• You’re going to have to spend a lot
  • Your profit margins are going to be low so it looks like you’re moving to a cockroach-infested studio in somewhere really crime-ridden until you’re stable
  • The first few months are going to have you working hard so don’t think it’s time to party

Now… I might be exaggerating a little on the second, but the problem with people who look for quick fixes is that they want everything in addition to the stuff they’re actually asking for.

So if you’re the guy from above and you’re asking, “How do I quickly and easily move to a tier one city like London, New York or Tokyo, only work ten hours a week and get it for cheap – preferably with investing no money into the business?”

Then you’re out of luck.

It would take a lot of luck and a lot of skill to get this in a short period. There are people who work for years to reach that stage, and they know a hell of a lot and work really hard… so trust me, if there were a way to avoid the hard stuff, they’d probably have found it.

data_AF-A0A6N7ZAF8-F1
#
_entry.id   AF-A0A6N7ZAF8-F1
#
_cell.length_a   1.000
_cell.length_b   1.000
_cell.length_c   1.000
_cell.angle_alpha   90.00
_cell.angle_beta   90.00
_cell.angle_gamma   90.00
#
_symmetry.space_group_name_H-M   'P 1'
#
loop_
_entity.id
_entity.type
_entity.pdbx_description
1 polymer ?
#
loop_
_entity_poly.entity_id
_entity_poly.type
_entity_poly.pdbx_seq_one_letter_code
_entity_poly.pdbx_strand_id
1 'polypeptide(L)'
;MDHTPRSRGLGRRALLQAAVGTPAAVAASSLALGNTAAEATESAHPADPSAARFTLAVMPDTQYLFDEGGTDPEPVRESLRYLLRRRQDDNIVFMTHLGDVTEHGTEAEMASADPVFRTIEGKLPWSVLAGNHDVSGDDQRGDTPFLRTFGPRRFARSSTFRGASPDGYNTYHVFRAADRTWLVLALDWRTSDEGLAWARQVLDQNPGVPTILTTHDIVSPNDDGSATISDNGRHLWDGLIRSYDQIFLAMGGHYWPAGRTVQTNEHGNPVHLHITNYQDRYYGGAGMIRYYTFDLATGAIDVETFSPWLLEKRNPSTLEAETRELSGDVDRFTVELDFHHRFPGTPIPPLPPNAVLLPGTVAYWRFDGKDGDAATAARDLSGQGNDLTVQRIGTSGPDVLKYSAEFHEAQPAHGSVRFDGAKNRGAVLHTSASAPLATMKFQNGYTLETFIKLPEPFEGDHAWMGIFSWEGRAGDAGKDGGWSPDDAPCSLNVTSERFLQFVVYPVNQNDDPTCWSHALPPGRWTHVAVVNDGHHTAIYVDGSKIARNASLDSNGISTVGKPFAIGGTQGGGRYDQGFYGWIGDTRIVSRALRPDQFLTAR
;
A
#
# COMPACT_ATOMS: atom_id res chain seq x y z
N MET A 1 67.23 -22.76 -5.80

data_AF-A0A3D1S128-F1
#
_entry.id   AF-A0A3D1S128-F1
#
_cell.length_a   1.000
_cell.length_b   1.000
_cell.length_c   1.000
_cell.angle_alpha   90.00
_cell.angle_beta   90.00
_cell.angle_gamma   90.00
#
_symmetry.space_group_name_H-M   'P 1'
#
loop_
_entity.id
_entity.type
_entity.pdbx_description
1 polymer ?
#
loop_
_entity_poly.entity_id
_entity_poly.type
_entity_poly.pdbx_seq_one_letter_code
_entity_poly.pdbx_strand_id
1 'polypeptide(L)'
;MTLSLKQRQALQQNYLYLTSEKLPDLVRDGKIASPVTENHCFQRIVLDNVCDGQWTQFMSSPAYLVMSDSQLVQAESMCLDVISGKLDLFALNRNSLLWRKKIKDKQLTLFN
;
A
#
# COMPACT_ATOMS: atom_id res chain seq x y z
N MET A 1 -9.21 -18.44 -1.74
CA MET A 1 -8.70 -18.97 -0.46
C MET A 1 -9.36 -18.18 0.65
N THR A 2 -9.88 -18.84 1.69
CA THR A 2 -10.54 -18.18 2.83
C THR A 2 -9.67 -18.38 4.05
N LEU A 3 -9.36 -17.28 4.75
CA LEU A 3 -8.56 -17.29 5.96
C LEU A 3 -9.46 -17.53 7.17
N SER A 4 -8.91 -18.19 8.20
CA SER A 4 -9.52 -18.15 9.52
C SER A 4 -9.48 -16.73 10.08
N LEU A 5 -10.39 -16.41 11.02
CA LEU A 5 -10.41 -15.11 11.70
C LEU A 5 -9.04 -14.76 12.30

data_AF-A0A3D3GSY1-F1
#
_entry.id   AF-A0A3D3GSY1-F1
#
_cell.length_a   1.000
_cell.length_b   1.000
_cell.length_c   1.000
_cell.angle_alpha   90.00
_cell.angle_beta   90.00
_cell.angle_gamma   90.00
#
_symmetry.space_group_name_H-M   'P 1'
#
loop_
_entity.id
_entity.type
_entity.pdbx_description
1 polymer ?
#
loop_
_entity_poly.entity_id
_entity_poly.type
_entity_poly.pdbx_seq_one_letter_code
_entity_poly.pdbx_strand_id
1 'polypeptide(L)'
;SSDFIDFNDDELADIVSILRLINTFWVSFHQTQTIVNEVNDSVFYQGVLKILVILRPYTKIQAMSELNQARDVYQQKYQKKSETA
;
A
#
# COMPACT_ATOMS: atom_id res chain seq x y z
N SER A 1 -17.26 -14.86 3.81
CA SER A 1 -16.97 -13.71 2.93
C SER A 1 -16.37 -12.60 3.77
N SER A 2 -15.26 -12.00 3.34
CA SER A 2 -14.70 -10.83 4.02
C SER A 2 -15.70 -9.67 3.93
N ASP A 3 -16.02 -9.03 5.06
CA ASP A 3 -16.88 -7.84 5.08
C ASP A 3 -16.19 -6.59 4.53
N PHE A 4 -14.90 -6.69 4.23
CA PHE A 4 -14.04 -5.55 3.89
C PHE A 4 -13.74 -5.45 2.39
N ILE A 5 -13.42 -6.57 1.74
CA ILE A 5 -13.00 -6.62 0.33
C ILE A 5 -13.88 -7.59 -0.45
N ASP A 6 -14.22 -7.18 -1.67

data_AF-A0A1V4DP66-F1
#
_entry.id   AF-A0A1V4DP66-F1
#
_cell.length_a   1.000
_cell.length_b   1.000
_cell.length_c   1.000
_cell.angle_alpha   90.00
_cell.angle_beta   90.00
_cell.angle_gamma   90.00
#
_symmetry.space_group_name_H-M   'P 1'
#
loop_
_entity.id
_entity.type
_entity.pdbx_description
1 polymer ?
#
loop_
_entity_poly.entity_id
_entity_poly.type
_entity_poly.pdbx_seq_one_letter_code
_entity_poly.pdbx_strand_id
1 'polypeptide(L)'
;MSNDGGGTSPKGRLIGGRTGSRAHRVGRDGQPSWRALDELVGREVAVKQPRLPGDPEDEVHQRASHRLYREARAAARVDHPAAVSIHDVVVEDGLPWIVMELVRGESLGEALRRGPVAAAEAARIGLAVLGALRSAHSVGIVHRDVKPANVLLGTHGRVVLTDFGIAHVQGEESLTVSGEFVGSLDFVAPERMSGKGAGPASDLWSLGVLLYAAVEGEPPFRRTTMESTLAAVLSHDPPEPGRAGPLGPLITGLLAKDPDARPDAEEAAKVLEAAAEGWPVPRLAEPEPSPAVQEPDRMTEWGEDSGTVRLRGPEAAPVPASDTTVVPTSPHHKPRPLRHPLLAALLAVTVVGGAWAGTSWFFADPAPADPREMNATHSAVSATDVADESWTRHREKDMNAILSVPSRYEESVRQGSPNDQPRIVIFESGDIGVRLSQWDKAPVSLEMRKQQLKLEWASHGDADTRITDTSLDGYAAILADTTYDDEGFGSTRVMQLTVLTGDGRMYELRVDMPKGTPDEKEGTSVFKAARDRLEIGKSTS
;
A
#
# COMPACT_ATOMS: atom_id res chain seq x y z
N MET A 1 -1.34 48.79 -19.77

So, we’re looking for something with the following caveats:

  • You have money to invest in the business
  • You are going to keep your overheads low
  • The capital is matched by your work ethic

Let’s talk about the best option.

Pay-Per Click Advertising

If you have a budget, then learn PPC advertising. Here’s why:

  • You can scale quickly
  • It’s easy to sell products, services and more
  • You can use it for arbitrage

All of these pathways work, and on a short-term schedule your options are limited:

  • Niche sites and SEO work take longer to gain traction